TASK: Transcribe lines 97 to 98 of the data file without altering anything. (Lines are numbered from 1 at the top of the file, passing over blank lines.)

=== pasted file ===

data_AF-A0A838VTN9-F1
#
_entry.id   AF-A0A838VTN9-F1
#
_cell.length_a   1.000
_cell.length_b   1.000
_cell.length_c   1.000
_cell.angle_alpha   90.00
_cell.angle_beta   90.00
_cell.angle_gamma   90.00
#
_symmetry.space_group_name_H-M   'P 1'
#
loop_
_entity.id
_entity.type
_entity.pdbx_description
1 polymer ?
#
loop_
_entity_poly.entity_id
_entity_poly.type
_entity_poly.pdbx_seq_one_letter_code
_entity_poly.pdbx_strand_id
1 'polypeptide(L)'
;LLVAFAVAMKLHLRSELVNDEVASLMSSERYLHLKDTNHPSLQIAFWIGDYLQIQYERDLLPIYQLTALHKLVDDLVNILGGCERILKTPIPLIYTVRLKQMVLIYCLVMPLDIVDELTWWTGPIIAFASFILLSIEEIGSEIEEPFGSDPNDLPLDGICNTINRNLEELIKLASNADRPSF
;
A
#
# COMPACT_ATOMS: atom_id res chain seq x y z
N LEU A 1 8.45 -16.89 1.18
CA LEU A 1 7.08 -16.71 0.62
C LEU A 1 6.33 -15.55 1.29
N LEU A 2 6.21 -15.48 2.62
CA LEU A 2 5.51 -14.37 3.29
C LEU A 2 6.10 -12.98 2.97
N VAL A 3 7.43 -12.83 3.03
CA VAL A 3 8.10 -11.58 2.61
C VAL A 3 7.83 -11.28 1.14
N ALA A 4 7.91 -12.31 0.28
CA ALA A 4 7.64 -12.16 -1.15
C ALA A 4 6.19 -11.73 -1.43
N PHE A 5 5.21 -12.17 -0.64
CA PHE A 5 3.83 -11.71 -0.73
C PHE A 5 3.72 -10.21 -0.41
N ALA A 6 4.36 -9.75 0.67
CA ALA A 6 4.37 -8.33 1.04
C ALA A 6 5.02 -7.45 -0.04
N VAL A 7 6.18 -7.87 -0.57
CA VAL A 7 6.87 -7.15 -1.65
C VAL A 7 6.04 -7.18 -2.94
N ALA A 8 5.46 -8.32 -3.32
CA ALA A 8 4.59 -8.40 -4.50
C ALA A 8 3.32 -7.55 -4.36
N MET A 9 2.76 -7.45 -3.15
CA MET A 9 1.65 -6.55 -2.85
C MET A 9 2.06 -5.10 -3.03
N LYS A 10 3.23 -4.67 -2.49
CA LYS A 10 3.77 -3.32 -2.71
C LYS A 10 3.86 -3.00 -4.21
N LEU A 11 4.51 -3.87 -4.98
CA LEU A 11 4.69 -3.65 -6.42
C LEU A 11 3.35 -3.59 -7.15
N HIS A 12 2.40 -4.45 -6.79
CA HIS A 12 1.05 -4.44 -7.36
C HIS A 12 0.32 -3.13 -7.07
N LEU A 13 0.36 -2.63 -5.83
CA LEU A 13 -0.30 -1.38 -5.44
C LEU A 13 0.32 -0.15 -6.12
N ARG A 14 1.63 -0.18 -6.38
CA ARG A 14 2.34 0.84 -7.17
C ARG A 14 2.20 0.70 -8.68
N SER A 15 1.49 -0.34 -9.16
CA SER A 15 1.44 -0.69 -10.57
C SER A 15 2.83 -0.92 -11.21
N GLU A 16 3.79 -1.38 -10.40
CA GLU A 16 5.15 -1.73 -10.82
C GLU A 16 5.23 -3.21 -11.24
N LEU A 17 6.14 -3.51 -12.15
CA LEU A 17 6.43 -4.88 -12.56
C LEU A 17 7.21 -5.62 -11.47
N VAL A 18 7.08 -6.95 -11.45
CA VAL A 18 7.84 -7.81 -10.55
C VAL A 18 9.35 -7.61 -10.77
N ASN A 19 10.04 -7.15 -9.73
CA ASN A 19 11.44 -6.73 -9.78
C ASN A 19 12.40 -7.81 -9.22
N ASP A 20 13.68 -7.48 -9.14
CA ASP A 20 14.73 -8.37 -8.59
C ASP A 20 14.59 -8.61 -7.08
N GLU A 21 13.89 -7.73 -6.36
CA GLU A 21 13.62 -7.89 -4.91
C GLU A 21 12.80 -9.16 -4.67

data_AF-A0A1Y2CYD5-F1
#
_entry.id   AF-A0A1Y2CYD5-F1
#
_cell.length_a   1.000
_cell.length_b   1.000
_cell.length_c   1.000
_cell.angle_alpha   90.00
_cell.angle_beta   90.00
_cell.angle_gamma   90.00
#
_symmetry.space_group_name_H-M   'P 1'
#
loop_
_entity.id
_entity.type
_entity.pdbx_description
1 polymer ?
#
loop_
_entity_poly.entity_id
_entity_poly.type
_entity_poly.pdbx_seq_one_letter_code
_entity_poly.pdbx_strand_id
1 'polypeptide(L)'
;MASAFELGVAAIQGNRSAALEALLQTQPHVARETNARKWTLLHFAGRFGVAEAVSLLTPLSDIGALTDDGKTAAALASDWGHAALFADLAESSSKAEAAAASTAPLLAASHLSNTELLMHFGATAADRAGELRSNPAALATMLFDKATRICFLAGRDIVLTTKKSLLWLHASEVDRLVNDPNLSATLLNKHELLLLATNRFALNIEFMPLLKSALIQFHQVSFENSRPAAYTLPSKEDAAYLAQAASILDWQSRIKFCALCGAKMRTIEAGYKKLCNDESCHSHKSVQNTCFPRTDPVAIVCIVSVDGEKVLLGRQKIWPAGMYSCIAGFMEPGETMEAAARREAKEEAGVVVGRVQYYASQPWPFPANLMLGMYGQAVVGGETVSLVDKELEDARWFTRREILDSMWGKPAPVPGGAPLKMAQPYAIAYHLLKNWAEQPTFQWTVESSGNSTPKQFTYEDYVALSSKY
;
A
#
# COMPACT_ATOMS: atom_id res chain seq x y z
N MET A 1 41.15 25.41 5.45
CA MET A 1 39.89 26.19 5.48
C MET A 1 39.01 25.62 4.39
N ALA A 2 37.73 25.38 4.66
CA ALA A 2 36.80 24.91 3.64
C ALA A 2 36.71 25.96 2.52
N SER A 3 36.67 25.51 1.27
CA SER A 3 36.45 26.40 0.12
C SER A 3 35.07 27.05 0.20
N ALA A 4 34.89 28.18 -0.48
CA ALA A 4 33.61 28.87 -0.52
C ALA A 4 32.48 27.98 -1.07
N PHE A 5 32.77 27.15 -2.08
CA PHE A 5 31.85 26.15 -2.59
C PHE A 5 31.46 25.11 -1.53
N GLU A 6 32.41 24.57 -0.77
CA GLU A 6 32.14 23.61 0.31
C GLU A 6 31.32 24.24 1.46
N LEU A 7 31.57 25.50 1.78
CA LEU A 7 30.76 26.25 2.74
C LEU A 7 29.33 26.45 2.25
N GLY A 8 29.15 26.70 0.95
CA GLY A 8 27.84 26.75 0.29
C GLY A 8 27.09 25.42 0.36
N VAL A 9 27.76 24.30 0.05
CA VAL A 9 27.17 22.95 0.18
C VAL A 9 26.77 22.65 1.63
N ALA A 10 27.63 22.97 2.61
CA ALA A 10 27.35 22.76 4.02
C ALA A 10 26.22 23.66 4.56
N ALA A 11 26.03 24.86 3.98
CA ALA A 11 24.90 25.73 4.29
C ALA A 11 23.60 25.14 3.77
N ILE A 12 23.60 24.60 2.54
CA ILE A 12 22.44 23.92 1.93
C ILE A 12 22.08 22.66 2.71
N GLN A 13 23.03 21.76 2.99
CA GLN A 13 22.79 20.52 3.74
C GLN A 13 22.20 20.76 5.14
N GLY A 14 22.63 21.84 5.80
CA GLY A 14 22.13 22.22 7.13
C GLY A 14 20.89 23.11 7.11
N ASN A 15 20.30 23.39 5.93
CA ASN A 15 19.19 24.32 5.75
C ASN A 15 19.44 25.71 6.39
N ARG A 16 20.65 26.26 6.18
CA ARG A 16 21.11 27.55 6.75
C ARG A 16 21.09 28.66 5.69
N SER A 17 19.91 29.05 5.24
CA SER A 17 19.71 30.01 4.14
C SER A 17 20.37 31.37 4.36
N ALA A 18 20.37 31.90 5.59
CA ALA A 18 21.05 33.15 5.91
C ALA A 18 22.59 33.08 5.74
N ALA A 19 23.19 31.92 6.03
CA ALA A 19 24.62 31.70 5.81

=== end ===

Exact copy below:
#
_cell.length_a   1.000